Mock soldiers returned to the Irish border as protesters warned Theresa May not to allow a “nightmare” Brexit to derail Northern Ireland’s hard-won peace.
Theatrical demonstrators and Sinn Fein leader Mary Lou McDonald used sledgehammers to demolish a concrete wall erected near the frontier in Co Down on Saturday.
Fatigues-wearing “military personnel” looked on with mock machine guns raised.
Their protest comes as Ms McDonald told a Brexit conference that a hardening of the border in Ireland will be met with a demand for a unity referendum.
Speaking at the Beyond Brexit event in Belfast, Ms McDonald said crashing out of the EU with no deal in place would lead to a hardening of the border.
“There are no ‘little Irelanders’ here and we will not tolerate the narrowness of the Brexiteers or policy of isolation imposed by Brexiteers,” she said.
“A crash means a hardening of the border and the loss of rights and continued uncertainty and instability.
“A hardening of the border is inconceivable and will be met with the demand for a unity referendum.
“We don’t exactly know what will happen over the next few weeks or months. It’s not in our hands, it’s in the hands of a minority Tory Government in London, and that is the crux of the problem.
Irish Taoiseach Leo Varadkar warned on Friday that troops could be reinstated at the border following a no-deal Brexit.
On Saturday, the colourful, costumed and placard-waving crowd from across Ireland rejected the “terrifying” prospect of a hard exit from Europe.
Pat Lambe, 58, said: “Land is sacred, Ireland is sacred to us and 20 years ago we all voted on the Good Friday Agreement, which to a lot of people said let’s move forward, there were compromises made on all sides.
“Let’s move forward and see, can we get peace and – relatively – we did get peace.
“There is a coach and horses being driven through that right now as regards the British Government and the arrogance of them.
“So the Good Friday Agreement means nothing?”
Security towers manned by the British Army in the hilly and remote area near the city of Newry were decommissioned in 2003 as it ended conflict-era operations in Northern Ireland in support of the police.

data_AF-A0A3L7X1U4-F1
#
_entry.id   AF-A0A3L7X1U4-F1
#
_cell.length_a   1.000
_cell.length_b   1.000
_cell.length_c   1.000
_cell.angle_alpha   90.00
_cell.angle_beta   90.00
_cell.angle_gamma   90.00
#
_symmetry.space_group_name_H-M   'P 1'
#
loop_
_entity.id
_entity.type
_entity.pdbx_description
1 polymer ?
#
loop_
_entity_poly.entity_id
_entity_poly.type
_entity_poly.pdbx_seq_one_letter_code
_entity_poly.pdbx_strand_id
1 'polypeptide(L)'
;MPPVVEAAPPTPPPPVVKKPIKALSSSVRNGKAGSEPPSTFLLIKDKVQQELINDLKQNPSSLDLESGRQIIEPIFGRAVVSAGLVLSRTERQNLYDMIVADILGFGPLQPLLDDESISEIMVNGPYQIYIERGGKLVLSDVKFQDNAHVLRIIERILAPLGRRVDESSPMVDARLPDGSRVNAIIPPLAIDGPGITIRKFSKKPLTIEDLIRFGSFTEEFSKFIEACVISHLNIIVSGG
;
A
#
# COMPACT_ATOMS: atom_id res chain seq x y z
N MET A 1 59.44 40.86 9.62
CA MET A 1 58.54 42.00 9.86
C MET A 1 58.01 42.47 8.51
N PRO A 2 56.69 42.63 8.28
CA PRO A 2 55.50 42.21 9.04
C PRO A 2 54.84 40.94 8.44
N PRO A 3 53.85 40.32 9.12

The protesters recreated them in a deeply political drama played out in front of masses of supporters.
Local man Aaron Crilly, 23, said: “Brexit scares me, it is a nightmare scenario.”
He was born in 1995, the year after the first IRA and loyalist ceasefires.
“I barely knew the Troubles but I grew up with the effects of the Troubles and my generation don’t want that to happen.
“We want to prevent that from happening ever again, but with Brexit it seems like there is a storm, that storm is coming back again and it is just terrifying.”
Protesters took turns using a sledgehammer to demolish the temporarily-erected concrete block wall.
Mr Crilly held his hammer high in mock triumph and brandished an EU flag.
An angle grinder was used to attack the metal structure housing actors playing soldiers, sparks flying.
They wore green and black fatigues and their faces were painted as they crouched in firing positions or aimed out of viewpoints from their “towers”.
If the UK leaves Europe without a deal, the free flow of goods could be disrupted by the creation of a hard frontier on the island, the European Commission has said.
Co Donegal demonstrator Tom Murray said: “All the peace and prosperity that we have enjoyed will be destroyed by a hard border.
“Communities could be dragged back into the old days of living in the shadow of someone else’s border.
“We are the people who will suffer the most.”